Passengers review: In space no one can hear you be a massive creep

Steve Hogarty
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A contender for one of the most misleading trailers of the year, Passengers is not so much about Chris Pratt and Jennifer Lawrence tootling about the cosmos on a broken ship. Rather, it’s about one man’s selfish decision to doom a woman he fancies by prematurely yanking her out of her hyperspace sleeping pod for some company.

This is Castaway amidst the stars, if Tom Hanks had had the ability to click his fingers and summon an innocent person to be stranded on the desert island with him. When an interstellar space-barge en route to a new Earth ferrying 5,000 cryogenically snoozing passengers gets bonked by a rogue asteroid, a single sleeping pod malfunctions and spits out its confused occupant, engineer Jim Preston (Pratt), a full 90 years before it was designed to.

With no way to go back to sleep and no means of rescue, the increasingly unhinged loner opts to pull writer Aurora (Lawrence) out of her slumber early. It’s an alarming act of desperation and cruelty that follows just 12 months of rattling about in this massive empty ship with nobody but an android bartender (Michael Sheen) for company. He does this having essentially stalked her for a number of months, rifling through her diary entries and pawing at the window of her pod like a Victorian orphan outside a sweet shop.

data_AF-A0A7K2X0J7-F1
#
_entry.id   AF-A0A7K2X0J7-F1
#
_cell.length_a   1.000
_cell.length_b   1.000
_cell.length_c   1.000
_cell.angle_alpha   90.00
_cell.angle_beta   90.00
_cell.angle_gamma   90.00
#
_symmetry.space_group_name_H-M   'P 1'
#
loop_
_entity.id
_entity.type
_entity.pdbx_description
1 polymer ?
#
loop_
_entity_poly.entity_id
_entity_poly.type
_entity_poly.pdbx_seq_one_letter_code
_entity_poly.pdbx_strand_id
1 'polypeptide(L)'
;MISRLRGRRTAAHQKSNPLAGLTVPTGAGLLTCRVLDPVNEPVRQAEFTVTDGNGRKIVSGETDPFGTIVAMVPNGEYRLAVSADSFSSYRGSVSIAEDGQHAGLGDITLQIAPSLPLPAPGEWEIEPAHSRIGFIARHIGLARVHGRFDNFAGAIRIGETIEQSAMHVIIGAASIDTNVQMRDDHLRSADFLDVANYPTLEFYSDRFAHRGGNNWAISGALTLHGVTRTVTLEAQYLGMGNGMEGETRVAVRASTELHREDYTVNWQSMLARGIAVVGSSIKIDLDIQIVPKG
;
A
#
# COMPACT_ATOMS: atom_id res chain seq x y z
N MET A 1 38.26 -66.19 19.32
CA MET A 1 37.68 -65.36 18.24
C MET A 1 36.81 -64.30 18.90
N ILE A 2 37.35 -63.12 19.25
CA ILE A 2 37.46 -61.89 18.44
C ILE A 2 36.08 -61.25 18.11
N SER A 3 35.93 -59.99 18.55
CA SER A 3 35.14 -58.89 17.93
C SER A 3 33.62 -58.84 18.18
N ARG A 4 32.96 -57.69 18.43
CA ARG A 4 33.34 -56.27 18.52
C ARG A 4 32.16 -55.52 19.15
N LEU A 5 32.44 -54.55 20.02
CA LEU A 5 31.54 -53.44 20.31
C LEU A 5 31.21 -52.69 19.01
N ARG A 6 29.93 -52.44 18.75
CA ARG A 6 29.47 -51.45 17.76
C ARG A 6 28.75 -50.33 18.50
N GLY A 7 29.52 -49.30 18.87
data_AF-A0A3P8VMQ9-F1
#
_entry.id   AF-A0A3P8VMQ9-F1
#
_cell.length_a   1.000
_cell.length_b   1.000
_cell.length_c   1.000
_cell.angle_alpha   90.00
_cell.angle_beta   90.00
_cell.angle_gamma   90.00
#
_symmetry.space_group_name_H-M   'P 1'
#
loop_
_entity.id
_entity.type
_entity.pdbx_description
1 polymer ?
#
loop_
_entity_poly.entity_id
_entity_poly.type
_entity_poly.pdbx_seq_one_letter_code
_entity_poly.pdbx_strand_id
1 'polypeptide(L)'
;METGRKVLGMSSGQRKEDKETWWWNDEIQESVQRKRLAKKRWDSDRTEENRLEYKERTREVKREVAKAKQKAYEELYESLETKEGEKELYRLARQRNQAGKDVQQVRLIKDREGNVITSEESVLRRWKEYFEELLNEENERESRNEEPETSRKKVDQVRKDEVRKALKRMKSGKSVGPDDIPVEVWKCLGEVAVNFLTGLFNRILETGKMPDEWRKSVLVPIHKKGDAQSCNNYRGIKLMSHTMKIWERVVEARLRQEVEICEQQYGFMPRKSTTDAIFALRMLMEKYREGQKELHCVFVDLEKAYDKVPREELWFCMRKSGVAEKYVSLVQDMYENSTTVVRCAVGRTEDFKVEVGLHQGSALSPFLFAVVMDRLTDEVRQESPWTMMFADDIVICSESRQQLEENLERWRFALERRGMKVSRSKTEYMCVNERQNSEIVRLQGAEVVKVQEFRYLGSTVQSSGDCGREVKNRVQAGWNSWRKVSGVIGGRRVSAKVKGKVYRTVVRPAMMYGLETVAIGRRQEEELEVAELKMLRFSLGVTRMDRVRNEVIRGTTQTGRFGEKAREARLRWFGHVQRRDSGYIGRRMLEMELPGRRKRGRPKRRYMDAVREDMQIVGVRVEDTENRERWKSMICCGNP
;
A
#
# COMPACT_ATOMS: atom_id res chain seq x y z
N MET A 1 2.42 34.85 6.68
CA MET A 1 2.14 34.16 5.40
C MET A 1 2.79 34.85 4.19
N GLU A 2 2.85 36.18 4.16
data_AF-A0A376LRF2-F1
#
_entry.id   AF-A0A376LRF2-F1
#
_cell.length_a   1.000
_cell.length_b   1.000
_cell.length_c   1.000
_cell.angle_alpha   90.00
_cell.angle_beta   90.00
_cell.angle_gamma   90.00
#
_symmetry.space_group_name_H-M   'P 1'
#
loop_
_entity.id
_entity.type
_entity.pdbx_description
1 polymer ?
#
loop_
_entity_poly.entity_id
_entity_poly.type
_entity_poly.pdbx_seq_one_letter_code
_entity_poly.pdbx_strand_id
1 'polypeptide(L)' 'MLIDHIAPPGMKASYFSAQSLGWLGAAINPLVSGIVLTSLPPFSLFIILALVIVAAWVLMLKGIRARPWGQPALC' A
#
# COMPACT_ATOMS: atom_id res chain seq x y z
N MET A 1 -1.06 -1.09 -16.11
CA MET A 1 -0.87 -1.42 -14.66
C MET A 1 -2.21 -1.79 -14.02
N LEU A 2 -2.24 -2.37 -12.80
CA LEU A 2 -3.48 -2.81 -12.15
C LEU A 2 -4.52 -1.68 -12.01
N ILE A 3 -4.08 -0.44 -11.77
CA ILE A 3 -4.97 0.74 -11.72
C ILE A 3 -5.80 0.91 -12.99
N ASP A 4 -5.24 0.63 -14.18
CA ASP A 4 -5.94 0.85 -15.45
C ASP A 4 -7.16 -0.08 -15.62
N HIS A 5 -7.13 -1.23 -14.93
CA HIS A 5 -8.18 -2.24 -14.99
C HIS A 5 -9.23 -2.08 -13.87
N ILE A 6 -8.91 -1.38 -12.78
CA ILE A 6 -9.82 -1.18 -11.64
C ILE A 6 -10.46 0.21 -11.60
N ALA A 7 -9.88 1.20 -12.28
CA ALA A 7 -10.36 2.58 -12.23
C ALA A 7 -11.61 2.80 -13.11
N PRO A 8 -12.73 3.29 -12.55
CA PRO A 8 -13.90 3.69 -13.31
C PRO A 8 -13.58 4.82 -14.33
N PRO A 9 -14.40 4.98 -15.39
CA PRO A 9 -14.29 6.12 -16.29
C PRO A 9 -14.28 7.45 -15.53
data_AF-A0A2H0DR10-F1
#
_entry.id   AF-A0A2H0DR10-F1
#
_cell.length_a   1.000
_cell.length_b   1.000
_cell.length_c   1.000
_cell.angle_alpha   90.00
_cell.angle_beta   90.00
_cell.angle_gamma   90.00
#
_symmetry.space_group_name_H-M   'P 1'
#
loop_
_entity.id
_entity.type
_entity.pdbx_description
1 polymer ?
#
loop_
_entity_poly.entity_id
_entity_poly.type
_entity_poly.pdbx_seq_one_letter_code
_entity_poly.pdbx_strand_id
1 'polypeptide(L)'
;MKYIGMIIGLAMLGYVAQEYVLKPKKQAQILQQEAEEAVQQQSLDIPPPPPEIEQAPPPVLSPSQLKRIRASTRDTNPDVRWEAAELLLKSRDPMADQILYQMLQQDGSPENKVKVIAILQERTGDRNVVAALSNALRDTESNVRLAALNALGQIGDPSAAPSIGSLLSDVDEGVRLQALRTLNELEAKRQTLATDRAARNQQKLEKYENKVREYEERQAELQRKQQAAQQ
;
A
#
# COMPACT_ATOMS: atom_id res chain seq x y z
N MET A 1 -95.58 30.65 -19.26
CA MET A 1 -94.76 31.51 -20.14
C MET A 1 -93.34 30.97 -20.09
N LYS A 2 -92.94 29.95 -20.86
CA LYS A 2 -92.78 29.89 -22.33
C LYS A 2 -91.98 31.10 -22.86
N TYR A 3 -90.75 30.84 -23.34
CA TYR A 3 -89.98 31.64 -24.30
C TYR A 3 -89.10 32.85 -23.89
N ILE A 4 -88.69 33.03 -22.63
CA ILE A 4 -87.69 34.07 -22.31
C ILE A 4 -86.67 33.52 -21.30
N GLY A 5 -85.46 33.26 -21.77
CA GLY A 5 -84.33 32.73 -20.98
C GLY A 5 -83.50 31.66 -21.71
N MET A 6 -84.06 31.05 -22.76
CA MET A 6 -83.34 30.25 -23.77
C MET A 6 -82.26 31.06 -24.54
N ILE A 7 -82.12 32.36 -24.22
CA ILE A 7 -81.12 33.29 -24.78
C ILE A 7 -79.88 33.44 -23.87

And so begins a love story predicated on an outrageous act of perversion and betrayal, and set aboard what appears to be a giant floating Westfield shopping centre.

The ship’s exterior design is a stunning piece of science-fiction eye candy: a set of double-helix wings rotating about a central rod that looks precarious, threadlike and fragile.

The film looks generally glorious, too, with high-budget special effects powering a few spectacular zero-gravity sequences.

But for all the character’s cogitating, Preston’s decision to pop open Aurora’s pod left me with an uncomfortable sense of disgust that stained the rest of the movie, the plot of which then clumsily tries to sketch out some kind of redemptive arc for the guy. This isn’t a film about a broken spaceship, but a broken person driven by isolation to do something terrible to a stranger.

And when the penny inevitably drops the script shifts down a gear, turning from a provocative and intelligent sci-fi short story into an epic space survival adventure flick.

Passengers is an enjoyable enough watch in both of its guises, but had it the courage to follow through on some of the uncomfortable questions it raises, it could have been a much better film. As it is, Passengers feels a little compromised by shady-uncle levels of creepy.

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